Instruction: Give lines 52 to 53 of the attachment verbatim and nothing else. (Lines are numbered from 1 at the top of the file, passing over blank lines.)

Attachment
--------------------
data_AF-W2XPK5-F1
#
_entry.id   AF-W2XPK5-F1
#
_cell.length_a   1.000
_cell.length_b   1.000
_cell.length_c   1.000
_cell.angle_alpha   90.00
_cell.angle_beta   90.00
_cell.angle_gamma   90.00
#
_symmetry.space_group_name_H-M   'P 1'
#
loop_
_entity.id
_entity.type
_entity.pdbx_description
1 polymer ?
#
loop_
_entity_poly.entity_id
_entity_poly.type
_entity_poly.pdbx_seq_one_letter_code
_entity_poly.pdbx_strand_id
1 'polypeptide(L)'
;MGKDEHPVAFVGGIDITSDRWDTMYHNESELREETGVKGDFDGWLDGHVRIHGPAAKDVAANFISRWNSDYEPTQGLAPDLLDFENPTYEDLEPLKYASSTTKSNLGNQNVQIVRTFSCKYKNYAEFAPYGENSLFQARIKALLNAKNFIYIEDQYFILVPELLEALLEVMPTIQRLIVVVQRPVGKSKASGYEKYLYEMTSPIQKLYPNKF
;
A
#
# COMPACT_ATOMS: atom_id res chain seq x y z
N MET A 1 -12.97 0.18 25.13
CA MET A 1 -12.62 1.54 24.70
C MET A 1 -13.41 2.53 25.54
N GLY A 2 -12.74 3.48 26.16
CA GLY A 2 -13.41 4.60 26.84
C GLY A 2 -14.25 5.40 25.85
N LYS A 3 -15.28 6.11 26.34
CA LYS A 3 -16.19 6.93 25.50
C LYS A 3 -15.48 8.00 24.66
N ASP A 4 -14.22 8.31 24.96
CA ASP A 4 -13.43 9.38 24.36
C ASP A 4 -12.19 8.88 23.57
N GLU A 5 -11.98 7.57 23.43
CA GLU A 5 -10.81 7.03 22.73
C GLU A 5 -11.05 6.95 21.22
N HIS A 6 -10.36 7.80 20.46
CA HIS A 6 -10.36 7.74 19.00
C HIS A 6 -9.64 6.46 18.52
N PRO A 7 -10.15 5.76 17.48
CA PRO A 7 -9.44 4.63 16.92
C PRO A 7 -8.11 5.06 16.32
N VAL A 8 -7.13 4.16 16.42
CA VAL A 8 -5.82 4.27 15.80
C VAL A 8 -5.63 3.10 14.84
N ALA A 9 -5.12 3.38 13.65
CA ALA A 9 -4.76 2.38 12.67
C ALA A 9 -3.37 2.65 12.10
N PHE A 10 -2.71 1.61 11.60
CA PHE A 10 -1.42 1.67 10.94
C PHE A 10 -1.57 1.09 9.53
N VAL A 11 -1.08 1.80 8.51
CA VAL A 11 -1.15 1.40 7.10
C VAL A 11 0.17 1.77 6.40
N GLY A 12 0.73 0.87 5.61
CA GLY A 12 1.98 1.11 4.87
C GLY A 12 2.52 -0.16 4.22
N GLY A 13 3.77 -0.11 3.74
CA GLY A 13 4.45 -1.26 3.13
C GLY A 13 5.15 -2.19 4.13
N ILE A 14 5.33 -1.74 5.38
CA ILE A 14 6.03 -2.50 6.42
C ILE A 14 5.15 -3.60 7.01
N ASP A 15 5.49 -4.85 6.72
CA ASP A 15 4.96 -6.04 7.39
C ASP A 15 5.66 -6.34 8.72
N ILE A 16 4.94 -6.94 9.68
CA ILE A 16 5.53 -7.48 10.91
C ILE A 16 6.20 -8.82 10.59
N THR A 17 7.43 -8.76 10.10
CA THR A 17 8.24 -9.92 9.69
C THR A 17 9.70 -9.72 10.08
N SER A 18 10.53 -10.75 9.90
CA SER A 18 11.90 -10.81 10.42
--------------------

N VAL A 8 -7.13 4.16 16.42
CA VAL A 8 -5.82 4.27 15.80